M. Clemenceau asked on which side the railway was now.
President Wilson said it was on the Polish side, and the proposal was to transfer it to the German side of the boundary, since it joined two German regions. It only ran just inside the proposed frontier line.
Mr. Lloyd George then drew attention to an area in the extreme North of Poland, which was entirely German in population, and ought to form part of Pomerania. He pointed out that the line had been drawn so as to include it in Poland, mainly in order to widen the corridor.
President Wilson agreed that that might be rectified.
Mr. Lloyd George said that the most important point was Upper Silesia. After long consideration he did not believe that a plebiscite could be carried out until the German officials, as well as the German troops, had been withdrawn. The officials, however, would not leave unless that were expressly provided for in the Treaty.
President Wilson said that Mr. Lord had informed him that the people in Upper Silesia were entirely dominated by a small number of magnates and capitalists, probably not exceeding 20 all together. Among them was Prince Henry of Pless. Mr. Lord actually knew the names of these magnates, who practically owned the whole Region. The people of this district had been practically feudal servants of the magnates from time immemorial. The experts did not believe that a free plebiscite was possible in these conditions.
Mr. Lloyd George said that the answer to this was that the people had actually shown their views by a vote.
President Wilson said they had voted German.
Mr. Lloyd George said this was not the case. In 1907 they had returned a majority of Polish members. In 1912 the numbers of German and Polish members had been equal. That is to say in 1907 when the Germans were still complete masters, there had been only three German deputies to five Polish. Our experts believed that Upper Silesia would vote Polish. Nevertheless they strongly advised a plebiscite on the ground that it would get rid of a German grievance.
President Wilson pointed out that the property owners would be playing for high stakes, and would use every possible influence. Every possible objection would be made by the German Delegation.
Mr. Lloyd George asked who were the capitalists on the German Delegation.
President Wilson said there were none, but they were arguing the case of the German capitalists.
Mr. Lloyd George pointed out that Upper Silesia had not been Polish for 800 years. There was no resemblance between the case of [Page 150] Upper Silesia and Alsace-Lorraine. It was proposed to tear something from Germany that had been in the same combination as the other States of the German Empire for 800 years. In these circumstances he considered that the people must have some voice.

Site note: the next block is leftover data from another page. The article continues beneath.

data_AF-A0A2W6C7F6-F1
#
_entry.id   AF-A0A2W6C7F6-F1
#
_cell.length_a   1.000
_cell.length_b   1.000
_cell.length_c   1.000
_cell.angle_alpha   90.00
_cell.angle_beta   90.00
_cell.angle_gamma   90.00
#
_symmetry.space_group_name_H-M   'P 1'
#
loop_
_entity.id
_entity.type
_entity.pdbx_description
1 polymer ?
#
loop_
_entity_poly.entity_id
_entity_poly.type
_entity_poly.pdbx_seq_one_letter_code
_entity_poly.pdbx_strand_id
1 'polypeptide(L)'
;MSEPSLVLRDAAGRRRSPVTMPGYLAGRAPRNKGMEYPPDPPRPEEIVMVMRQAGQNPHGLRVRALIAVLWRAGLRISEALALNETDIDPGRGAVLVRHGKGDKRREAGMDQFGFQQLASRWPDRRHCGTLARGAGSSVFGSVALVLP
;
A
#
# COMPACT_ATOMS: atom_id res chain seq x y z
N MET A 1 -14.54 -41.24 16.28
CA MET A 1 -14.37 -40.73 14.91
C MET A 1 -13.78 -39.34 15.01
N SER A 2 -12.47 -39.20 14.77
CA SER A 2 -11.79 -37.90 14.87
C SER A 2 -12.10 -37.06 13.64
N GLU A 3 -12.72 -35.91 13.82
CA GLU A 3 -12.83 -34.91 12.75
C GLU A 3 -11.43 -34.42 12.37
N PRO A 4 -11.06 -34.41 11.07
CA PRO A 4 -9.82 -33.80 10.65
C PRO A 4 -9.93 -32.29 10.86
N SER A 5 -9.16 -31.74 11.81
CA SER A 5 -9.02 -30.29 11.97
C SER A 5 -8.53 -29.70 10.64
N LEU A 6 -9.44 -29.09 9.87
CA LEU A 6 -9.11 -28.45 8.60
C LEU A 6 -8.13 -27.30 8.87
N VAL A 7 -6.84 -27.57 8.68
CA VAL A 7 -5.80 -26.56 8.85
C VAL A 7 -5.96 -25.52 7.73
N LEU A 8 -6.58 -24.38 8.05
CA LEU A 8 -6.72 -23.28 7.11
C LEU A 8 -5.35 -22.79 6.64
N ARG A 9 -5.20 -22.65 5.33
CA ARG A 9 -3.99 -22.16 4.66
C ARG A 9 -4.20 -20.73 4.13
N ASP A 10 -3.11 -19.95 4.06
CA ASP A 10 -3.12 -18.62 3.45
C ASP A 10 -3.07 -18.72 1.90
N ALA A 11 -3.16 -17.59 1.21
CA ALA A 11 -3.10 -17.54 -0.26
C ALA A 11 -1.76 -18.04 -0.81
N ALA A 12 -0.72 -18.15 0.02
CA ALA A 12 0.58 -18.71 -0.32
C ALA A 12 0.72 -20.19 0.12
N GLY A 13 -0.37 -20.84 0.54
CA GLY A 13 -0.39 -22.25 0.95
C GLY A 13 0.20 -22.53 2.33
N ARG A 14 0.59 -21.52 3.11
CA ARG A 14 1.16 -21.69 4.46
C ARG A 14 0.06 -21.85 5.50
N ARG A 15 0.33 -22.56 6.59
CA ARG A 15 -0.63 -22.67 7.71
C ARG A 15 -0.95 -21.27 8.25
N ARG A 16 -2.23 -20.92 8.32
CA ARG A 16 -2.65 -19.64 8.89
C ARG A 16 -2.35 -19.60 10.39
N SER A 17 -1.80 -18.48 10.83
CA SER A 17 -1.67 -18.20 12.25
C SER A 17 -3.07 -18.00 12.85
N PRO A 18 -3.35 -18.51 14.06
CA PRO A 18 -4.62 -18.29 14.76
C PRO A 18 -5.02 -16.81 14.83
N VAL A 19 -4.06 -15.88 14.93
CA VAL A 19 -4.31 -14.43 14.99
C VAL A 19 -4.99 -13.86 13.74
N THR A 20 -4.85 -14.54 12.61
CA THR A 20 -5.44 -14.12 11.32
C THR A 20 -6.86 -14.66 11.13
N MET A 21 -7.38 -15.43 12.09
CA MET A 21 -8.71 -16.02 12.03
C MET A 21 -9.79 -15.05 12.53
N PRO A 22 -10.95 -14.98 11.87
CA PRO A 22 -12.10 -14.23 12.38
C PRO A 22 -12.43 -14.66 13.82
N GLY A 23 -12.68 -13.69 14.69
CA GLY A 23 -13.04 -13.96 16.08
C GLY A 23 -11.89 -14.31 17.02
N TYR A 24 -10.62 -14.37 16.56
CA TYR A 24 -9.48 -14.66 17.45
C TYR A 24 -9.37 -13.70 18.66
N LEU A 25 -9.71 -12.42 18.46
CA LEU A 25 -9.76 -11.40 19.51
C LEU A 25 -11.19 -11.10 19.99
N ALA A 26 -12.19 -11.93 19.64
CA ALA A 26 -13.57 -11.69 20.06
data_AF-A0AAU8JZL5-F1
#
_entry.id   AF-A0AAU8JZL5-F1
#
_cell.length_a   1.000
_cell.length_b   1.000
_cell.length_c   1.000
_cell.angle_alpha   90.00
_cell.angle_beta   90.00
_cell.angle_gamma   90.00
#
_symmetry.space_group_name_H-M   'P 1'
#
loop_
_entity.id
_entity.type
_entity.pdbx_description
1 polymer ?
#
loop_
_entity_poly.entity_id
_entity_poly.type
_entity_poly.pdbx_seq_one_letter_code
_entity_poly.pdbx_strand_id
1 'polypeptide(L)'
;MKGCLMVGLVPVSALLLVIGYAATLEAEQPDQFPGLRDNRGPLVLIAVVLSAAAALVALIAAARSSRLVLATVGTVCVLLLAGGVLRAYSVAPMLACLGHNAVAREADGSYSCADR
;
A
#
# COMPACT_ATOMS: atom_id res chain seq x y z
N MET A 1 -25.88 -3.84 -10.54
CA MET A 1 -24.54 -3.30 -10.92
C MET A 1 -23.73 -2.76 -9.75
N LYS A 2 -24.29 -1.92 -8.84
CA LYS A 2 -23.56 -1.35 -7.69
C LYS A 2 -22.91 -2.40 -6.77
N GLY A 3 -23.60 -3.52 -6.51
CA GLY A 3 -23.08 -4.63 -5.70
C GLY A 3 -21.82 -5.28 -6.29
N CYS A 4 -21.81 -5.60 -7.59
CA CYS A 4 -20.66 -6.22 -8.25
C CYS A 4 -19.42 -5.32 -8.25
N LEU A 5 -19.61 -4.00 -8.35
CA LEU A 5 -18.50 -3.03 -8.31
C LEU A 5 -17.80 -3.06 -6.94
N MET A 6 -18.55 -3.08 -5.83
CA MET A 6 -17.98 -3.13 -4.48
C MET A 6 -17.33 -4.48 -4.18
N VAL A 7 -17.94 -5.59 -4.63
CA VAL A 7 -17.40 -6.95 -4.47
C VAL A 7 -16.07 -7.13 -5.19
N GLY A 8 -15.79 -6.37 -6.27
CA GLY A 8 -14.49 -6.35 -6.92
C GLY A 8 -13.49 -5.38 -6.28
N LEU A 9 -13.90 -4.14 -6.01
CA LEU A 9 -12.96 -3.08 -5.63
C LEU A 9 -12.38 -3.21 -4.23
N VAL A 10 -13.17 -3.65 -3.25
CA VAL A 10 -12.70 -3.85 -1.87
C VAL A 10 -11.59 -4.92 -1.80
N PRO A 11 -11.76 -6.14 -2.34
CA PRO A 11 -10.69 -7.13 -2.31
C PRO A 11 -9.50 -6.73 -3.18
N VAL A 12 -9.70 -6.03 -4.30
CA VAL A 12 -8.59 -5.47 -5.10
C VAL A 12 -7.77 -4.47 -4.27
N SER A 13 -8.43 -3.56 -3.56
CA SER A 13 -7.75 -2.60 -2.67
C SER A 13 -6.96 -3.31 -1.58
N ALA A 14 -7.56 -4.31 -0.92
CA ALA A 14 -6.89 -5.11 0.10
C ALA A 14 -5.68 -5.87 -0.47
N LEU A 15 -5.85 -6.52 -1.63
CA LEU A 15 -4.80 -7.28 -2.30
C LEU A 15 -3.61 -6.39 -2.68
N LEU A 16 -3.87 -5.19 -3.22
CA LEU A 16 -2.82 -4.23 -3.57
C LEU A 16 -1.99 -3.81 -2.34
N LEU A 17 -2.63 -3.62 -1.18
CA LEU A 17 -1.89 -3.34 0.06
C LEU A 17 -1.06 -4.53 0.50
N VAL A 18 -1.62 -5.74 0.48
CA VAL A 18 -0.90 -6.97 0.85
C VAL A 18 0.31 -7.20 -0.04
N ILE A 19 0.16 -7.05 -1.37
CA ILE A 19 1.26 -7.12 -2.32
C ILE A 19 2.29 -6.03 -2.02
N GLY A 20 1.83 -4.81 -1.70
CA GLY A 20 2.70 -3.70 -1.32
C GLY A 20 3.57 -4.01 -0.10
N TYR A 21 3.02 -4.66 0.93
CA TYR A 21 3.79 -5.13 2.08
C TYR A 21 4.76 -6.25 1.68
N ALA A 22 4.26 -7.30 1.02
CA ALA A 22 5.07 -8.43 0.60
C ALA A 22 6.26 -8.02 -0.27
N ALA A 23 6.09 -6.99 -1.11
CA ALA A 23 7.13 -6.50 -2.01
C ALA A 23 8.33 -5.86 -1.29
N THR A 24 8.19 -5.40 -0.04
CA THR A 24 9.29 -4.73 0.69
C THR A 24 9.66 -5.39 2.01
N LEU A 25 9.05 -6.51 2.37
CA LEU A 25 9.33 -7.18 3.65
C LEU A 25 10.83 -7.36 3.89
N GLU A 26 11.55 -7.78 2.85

President Wilson said he did not dispute the right of the people to have a voice, but he doubted whether it could in practice be carried out freely.
Mr. Lloyd George considered that it would be necessary to occupy Upper Silesia temporarily. If there were any attempt at intimidation, the Allies would have to interfere. Every man should have the right to vote as he pleased. He himself had some experience of attempts to intimidate in elections, particularly in agricultural districts, but it had been overcome in Great Britain. The population of Silesia, however, was not mainly agricultural and was not likely to be intimidated.
President Wilson pointed out that the greater part of the region was agricultural.
Mr. Lloyd George replied that the bulk of the population, however, were in the towns and industrial areas. An industrial population very much resented interference by employers.
President Wilson said that Mr. Lloyd George spoke of England. The same was not the case elsewhere. Even in the United States of America there was a great deal of domination at elections by employers in the great industrial districts. He himself had done much to overcome it and would be disappointed if he did not succeed in doing so in the end.
Mr. Lloyd George then quoted the figures for the election which had taken place in 1912 in Upper Silesia, this being a less favourable election from the Polish point of view than 1907. In 1912, 97,000 Polish votes had been cast against 82,000 other votes, and these latter included Socialists, for whom a good many Poles would vote. The figures showed that talk of intimidation had no basis in fact. Even when there had been every possibility of intimidation, the Poles had cast more votes, and the capitalists did not seem to exercise much influence.